The Australian plants facing a bleak future due to climate change

Native Australian alpine plants may not be able to adapt or migrate quickly enough to survive rapid changes in climate change, a UNSW study has found.

The study of 21 plants from Kosciuszko National Park found that 20 were not responding to warming conditions.

Only one species – the Star Plantain (Plantago muelleri) - showed that it was adapting to warmer conditions by displaying an increase in plant size.

The second plant that showed evidence of a change in plant traits was the Cascade Everlasting (Ozothamnus secundiflorus), but it decreased in leaf thickness over a 125-year time period.

“We predicted leaves would become thicker, as this would be advantageous if plants were facing longer growing seasons and increasing temperatures,” lead author Meena Sritharan said.

“Our findings suggest that native alpine plants may not be adapting to the substantial local climate change occurring in Australian alpine regions.

“Australian native alpine plants face a bleak future in the face of rapid climate change.”

The point of the study was to gauge whether alpine plants in the southern hemisphere had changed in morphology, or their physical form, over time in response to recent climate warming.

Ms Sritharan said the 21 alpine plants exist in one of the ecosystems known to be least resistant to the effects of climate change.

“Alpine environments are facing higher-than-average increases in temperature in the last century,” Ms Sritharan said.

“But rapid changes in the environment can promote rapid changes in species.”

“Consequently, we expected that a rapid increase in temperature would result in a change in the plant traits we measured, such as size and leaf shape. These changes in plant traits would suggest that alpine plants may be changing in response to a changing climate.”

Previous studies have also shown that both native and invasive plants are capable of rapid changes in their morphology.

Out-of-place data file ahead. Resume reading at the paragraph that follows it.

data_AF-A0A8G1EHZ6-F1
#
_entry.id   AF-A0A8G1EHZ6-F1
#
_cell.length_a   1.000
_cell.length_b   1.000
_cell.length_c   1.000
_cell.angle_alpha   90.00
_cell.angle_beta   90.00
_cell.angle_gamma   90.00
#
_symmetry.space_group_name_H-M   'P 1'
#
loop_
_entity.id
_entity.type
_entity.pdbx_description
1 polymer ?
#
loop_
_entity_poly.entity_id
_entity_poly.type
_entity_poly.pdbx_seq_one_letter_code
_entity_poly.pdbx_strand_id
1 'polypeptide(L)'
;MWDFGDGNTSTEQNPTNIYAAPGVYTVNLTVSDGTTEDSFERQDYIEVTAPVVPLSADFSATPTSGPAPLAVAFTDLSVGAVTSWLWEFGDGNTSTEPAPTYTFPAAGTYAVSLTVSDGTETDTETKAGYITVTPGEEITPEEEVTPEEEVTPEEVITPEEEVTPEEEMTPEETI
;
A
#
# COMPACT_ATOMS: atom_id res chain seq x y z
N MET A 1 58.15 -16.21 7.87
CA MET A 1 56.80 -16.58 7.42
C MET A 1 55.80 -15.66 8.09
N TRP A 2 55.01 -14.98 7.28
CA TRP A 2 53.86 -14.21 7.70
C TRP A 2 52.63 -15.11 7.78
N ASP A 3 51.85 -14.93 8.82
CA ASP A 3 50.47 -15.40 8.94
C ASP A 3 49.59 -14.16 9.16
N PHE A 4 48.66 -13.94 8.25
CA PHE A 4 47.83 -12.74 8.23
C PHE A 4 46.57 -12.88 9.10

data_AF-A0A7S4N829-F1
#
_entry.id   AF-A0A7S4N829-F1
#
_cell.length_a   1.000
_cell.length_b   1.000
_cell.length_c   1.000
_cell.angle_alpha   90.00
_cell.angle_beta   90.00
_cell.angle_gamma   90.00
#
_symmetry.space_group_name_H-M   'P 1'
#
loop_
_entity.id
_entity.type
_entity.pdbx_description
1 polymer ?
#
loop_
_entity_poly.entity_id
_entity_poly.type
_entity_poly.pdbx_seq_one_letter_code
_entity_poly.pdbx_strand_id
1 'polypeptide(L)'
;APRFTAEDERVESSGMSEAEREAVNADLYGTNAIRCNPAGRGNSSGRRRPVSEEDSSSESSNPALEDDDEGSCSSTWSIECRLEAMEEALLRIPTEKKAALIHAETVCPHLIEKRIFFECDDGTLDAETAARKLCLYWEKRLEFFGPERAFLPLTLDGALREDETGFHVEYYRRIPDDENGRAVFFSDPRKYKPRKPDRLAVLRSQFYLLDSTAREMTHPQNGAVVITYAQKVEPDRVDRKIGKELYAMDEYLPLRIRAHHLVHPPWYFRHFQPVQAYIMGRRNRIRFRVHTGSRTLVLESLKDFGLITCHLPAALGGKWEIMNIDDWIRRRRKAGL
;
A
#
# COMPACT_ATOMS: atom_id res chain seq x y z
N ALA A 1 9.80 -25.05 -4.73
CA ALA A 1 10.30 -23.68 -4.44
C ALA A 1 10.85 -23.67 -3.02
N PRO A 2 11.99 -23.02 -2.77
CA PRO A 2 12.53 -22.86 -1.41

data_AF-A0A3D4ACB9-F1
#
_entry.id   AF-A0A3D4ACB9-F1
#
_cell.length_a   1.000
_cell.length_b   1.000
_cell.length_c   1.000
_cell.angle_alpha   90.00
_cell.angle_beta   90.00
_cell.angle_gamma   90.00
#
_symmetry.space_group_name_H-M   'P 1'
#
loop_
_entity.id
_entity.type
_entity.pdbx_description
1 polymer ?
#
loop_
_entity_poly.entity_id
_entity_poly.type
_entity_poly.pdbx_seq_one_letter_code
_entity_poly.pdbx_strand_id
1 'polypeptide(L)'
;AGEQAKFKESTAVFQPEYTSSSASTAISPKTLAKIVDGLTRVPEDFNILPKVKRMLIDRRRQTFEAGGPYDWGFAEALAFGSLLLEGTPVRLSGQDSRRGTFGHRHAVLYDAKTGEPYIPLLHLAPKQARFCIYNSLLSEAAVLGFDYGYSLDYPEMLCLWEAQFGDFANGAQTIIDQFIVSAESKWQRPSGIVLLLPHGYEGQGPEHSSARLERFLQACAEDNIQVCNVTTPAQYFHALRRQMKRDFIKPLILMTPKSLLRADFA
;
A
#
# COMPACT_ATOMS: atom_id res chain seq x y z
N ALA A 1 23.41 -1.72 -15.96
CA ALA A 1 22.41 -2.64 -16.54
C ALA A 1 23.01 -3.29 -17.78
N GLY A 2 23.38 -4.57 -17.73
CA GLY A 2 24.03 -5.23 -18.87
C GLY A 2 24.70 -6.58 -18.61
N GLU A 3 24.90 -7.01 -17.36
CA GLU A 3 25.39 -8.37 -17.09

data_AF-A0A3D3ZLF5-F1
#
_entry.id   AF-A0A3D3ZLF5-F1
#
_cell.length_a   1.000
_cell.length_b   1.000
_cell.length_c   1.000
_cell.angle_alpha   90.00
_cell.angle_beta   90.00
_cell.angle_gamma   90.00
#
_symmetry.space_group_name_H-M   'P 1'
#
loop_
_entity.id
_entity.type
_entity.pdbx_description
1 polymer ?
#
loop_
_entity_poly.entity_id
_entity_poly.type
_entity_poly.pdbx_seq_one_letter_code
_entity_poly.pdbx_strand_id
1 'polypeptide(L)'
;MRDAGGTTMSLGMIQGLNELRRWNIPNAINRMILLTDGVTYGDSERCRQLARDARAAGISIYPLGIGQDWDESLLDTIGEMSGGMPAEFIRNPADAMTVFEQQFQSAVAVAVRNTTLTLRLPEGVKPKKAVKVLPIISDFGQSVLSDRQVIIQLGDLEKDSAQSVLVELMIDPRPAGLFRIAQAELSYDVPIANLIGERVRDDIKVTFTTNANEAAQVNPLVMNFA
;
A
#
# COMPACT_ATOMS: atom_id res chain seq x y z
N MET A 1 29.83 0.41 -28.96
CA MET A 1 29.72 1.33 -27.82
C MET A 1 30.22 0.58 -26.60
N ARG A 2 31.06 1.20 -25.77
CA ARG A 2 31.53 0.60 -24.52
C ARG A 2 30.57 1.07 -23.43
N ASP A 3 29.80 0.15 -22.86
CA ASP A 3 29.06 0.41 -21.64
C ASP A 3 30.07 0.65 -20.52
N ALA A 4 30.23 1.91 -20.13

The researchers used herbarium (preserved) plant specimens collected between 1890 and 2016, and modern specimens collected in February, 2017.

Examples of the alpine plants they studied included Cushion Caraway (Oreomyrrhis pulvinifica), Alpine Rice flower (Pimelea alpine), Carpet Heath (Pentrachondra pumila) and Snow Aciphyll (Aciphylla glacialis).

The researchers measured five different plant traits: plant size, leaf shape, leaf area, leaf width and specific leaf area (the ratio of the leaf area to leaf dry mass).

Ms Sritharan said the study findings are surprising as the results were contrary to what they expected and what species in the northern hemisphere are facing.

She said plants in the northern hemisphere are changing substantially and adapting to changed environmental conditions brought by climate change.

“For instance, some British plant species (such as White Nettle (Lamium album) and Kenilworth ivy (Cymbalaria muralis) are flowering earlier than expected in the past decade compared to the previous four decades,” Ms Sritharan said.

“The plant height of species growing in tundra ecosystems (treeless regions in cold climates) have also increased with warming over the past three decades."

Scientists also forecast that plant species will migrate to higher elevations to escape the effects of climate warming.